Ok, so what is then Element Handle? It is unique ID identifying every single element in the AOT that is meant to be uniquely identified. It is also the ID being used as key and foreign key in the tables containing the information about the AOT elements (ModelElement, ModelElementData, etc). The system assigns Element Handles just as it does RecIds.

Does that mean Origin and Element ID doesn’t cover all possible elements in identifying them? The answer is NO! Take table methods as an example. It does not have an Origin, nor does it have en Element ID. It does have en Element Handle.

Try run the SQL underneath in your AX environment and see what handles you have for CustTable and a custom table.


SELECT ELEMENTHANDLE, ROOTHANDLE, NAME, AXID, ORIGIN FROM MODELELEMENT
JOIN ELEMENTTYPES ON MODELELEMENT.ELEMENTTYPE = ELEMENTTYPES.ELEMENTTYPE
WHERE NAME IN ('CUSTTABLE', 'MYTABLE') AND ELEMENTTYPENAME IN ('TABLE')

You may want to replace “MyTable” with a custom table of your own. Notice how my ElementHandle of CustTable differs from yours.

So let’s wrap this up with some highlights:

  • Origin is your cradle to grave ID for your new Elements. It is the only ID you really need to worry about.
  • Element ID works pretty much like before, except you no longer keep it between environments. System creates this ID uniquely for you.
  • Element Handles uniquely identifies every single identifiable element in the AOT and is provided by the system.
  • Not all elements have Origin or Element ID, but all elements have a Handle.
  • Finally – Business data is tied to Element ID and not Origin. Don’t ever get tempted to mix one modelstores business data with another modelstores business data.
If you ever wonder what elements have ElementHandle but no Origin or ElementID (AxID), you could try run these queries on your modelstore database:
-- Get all element types having Origin but no Element ID
SELECT DISTINCT ELEMENTTYPES.ELEMENTTYPENAME
FROM MODELELEMENT JOIN ELEMENTTYPES ON MODELELEMENT.ELEMENTTYPE = ELEMENTTYPES.ELEMENTTYPE
WHERE AXID IN (0) AND ORIGIN NOT IN ('00000000-0000-0000-0000-000000000000')

-- Get all element types having no Origin
SELECT DISTINCT ELEMENTTYPES.ELEMENTTYPENAME
FROM MODELELEMENT JOIN ELEMENTTYPES ON MODELELEMENT.ELEMENTTYPE = ELEMENTTYPES.ELEMENTTYPE
WHERE ORIGIN IN ('00000000-0000-0000-0000-000000000000')
Thank you for reading!

Keep your AX2012 Modelstore performing

I had an interesting conversation with a very skilled and helpful Microsoft employee regarding maintenance of the Modelstore database. He sent me a SQL script prepared by the Microsoft Support Team.
First let’s have a look at the proposed script, then let’s look at why we would want to run it.

ALTER INDEX ALL ON [dbo].ModelElement REBUILD
ALTER INDEX ALL ON [dbo].ModelElementData REBUILD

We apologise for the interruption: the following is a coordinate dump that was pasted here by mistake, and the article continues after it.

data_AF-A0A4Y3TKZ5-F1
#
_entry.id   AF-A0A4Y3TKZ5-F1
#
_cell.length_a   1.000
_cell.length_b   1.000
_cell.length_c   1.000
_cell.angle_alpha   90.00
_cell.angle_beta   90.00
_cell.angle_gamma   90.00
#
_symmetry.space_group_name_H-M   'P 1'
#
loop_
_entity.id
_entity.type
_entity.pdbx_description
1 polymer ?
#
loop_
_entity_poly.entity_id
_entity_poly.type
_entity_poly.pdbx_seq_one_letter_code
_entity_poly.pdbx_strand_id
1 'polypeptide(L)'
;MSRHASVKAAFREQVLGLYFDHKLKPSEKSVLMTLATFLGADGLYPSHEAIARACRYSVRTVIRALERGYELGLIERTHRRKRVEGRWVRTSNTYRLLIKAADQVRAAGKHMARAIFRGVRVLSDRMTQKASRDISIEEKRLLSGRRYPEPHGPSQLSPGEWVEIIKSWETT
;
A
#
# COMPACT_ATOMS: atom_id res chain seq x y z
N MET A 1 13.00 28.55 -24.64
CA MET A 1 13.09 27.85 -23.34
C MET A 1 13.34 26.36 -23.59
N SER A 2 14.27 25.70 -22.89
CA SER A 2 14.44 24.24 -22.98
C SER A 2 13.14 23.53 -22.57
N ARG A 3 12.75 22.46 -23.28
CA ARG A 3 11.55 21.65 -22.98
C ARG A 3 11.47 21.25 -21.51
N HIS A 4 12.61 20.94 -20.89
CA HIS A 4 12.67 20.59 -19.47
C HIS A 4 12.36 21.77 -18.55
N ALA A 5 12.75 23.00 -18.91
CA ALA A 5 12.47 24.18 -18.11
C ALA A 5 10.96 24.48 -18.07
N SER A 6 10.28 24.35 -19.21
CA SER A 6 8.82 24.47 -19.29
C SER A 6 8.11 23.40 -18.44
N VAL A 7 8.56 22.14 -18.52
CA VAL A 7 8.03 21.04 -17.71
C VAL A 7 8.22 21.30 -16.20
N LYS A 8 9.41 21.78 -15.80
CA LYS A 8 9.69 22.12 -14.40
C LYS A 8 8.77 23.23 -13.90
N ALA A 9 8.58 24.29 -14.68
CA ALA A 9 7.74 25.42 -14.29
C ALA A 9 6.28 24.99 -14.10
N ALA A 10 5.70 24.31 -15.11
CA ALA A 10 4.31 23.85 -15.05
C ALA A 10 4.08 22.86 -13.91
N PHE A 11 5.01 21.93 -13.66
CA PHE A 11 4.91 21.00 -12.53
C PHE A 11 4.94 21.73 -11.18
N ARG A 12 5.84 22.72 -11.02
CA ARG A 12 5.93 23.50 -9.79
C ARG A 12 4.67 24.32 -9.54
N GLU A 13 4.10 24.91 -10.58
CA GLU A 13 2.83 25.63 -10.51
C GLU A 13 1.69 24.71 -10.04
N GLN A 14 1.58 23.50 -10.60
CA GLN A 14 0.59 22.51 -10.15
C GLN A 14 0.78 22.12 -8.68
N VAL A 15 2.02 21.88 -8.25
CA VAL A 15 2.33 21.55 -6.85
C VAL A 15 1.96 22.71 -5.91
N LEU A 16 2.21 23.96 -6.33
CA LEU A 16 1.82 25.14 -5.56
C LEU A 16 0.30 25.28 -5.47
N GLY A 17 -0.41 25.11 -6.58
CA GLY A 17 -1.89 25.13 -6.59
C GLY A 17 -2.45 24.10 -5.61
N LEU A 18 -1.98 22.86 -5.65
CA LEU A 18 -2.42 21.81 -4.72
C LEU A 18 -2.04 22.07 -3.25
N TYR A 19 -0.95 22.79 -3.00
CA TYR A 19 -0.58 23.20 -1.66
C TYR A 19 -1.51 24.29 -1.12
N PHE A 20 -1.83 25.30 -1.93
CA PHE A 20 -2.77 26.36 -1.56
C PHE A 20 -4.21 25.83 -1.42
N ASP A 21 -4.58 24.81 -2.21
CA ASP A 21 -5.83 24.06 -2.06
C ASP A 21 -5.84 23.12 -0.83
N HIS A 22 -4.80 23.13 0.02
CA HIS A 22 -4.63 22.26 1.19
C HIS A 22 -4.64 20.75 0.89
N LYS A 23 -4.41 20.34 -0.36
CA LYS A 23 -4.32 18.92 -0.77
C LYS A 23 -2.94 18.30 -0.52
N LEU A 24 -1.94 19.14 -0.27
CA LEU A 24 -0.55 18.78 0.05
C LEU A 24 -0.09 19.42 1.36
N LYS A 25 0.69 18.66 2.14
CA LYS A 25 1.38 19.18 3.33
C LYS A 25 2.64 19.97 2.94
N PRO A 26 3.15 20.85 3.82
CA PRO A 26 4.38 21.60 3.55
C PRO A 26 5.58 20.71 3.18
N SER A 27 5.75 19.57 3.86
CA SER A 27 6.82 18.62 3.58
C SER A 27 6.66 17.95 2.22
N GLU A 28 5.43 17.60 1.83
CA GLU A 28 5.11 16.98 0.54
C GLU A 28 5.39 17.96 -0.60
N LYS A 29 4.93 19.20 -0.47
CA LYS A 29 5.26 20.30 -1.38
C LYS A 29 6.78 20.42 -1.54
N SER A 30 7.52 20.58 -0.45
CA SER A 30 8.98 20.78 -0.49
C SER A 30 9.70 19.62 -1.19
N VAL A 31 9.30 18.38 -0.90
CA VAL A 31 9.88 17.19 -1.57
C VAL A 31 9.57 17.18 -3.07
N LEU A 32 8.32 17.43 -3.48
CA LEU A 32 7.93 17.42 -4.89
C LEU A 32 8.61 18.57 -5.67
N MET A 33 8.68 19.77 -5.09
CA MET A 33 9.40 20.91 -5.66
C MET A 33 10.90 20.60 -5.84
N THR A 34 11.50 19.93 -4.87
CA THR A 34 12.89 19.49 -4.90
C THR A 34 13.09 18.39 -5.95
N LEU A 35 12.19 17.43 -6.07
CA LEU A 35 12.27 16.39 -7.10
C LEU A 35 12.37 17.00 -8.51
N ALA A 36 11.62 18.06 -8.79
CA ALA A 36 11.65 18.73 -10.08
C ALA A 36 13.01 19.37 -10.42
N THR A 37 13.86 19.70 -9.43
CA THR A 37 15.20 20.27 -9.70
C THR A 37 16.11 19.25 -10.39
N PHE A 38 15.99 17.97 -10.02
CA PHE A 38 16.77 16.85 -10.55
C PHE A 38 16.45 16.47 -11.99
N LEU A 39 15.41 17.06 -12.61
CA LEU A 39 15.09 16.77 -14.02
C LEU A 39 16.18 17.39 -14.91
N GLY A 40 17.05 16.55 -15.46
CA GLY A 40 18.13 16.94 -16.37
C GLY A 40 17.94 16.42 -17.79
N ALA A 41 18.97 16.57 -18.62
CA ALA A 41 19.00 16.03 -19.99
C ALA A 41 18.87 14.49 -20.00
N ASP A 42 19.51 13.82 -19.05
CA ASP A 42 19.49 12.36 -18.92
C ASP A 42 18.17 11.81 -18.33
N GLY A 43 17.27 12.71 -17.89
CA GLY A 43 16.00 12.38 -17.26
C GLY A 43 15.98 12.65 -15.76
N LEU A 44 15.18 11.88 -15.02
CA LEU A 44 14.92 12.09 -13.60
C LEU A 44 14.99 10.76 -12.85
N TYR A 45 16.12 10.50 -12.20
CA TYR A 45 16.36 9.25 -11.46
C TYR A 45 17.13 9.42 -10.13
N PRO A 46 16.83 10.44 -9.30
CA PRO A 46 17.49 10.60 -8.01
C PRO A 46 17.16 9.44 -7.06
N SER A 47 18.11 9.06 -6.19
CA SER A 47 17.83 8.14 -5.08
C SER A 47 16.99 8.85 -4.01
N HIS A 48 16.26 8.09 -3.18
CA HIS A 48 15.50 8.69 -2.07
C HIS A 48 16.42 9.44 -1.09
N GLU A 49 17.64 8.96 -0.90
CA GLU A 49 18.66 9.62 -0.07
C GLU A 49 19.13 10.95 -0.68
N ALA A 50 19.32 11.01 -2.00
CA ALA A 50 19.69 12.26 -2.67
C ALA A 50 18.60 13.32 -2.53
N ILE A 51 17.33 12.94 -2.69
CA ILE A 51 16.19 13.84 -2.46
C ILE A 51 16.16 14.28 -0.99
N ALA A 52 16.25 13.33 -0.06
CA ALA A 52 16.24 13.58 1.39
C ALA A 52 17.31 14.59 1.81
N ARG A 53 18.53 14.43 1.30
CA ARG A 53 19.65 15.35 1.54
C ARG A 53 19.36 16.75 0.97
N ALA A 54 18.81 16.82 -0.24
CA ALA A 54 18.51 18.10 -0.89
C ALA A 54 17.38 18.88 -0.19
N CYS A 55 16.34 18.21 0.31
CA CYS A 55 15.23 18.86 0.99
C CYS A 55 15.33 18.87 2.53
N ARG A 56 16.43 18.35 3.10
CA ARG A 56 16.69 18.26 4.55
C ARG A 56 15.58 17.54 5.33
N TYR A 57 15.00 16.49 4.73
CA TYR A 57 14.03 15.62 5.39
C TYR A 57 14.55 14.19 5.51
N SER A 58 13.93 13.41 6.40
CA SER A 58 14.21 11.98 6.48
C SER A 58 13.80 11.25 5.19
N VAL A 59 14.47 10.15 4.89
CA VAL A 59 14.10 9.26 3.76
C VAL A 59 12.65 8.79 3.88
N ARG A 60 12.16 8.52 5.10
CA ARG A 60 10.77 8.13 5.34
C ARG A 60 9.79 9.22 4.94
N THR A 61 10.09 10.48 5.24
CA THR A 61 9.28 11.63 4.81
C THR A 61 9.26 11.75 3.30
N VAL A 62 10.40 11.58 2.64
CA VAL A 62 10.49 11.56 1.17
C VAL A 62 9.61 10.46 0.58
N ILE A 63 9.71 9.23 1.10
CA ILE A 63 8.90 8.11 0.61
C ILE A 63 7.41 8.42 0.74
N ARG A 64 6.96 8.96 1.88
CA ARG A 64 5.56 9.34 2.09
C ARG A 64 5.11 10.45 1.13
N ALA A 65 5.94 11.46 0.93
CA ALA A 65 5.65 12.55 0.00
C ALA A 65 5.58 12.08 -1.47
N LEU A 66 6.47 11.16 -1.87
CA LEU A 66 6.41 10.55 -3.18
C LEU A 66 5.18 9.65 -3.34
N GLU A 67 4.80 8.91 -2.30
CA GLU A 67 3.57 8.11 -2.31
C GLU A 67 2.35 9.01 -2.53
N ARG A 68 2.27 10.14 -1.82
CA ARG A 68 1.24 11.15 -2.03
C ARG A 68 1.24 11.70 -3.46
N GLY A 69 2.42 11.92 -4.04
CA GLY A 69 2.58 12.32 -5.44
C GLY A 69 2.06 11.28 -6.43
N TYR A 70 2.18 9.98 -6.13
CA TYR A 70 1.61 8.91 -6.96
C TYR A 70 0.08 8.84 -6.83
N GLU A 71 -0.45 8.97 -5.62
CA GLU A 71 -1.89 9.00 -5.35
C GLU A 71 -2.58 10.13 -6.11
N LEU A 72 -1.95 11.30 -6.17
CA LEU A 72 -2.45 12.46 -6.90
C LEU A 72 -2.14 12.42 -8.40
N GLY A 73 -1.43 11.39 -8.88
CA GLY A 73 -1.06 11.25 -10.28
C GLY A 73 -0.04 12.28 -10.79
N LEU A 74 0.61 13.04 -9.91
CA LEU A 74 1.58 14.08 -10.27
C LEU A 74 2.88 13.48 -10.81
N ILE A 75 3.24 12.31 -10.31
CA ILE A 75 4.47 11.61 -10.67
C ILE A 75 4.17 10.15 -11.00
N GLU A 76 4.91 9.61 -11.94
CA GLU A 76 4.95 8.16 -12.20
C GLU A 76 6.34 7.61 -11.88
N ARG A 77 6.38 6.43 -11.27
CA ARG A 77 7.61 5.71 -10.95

ALTER INDEX ALL ON [dbo].Sources REBUILD
ALTER INDEX ALL ON [dbo].ModelElementLabel REBUILD
ALTER INDEX ALL ON [dbo].MODELSECPOLRUNTIMEEX REBUILD
ALTER INDEX ALL ON [dbo].ModelSecurityCommon REBUILD
ALTER INDEX ALL ON [dbo].ModelSecurityPermission REBUILD
ALTER INDEX ALL ON [dbo].ModelSecurityPolicy REBUILD
ALTER INDEX ALL ON [dbo].ModelSecurityPolicyConstraint REBUILD
ALTER INDEX ALL ON [dbo].ModelSecurityPolicyTable REBUILD
ALTER INDEX ALL ON [dbo].ModelSecurityRole REBUILD
ALTER INDEX ALL ON [dbo].ModelSecurityHierarchyCache REBUILD
ALTER INDEX ALL ON [dbo].ModelSecuritySubRole REBUILD

UPDATE STATISTICS [dbo].ModelElement WITH FULLSCAN, COLUMNS
UPDATE STATISTICS [dbo].ModelElementData WITH FULLSCAN, COLUMNS
UPDATE STATISTICS [dbo].Sources WITH FULLSCAN, COLUMNS
UPDATE STATISTICS [dbo].ModelElementLabel WITH FULLSCAN, COLUMNS
UPDATE STATISTICS [dbo].MODELSECPOLRUNTIMEEX WITH FULLSCAN, COLUMNS
UPDATE STATISTICS [dbo].ModelSecurityCommon WITH FULLSCAN, COLUMNS
UPDATE STATISTICS [dbo].ModelSecurityPermission WITH FULLSCAN, COLUMNS
UPDATE STATISTICS [dbo].ModelSecurityPolicy WITH FULLSCAN, COLUMNS
UPDATE STATISTICS [dbo].ModelSecurityPolicyConstraint WITH FULLSCAN, COLUMNS
UPDATE STATISTICS [dbo].ModelSecurityPolicyTable WITH FULLSCAN, COLUMNS
UPDATE STATISTICS [dbo].ModelSecurityRole WITH FULLSCAN, COLUMNS
UPDATE STATISTICS [dbo].ModelSecurityHierarchyCache WITH FULLSCAN, COLUMNS
UPDATE STATISTICS [dbo].ModelSecuritySubRole WITH FULLSCAN, COLUMNS

Before I created this post I did a quick test on one of my Modelstores and I gained a little bit on the compilation time, from 1h 53m to 1h 47m. That is just an improvement of 5 minute. This particular Modelstore only contained a vanilla R2 with DIEF, so it’s not exactly a grand example.

We know the Modelstore of R2 is between 3,5 and 4 GB. The Modelstore database will easily be double the size. It will contain large indexes to support the tables. The image above shows some of the biggest tables with their indexes. We also know there is a hotfix released that makes a small adjustment to the schema reducing the compilation time by 20-40%.

Why bother to rebuild the indexes of the Modelstore and update the statistics? Well, obviously every time you fill it with a new awesome model, it creates new records in the Model-tables for each single element in that model. You probably uninstall less awesome models once in a while, leaving gaps in your indexes. Perfectly normal in a development environment. So running the script above once a week wouldn’t hurt anyone – most likely just be an advantage.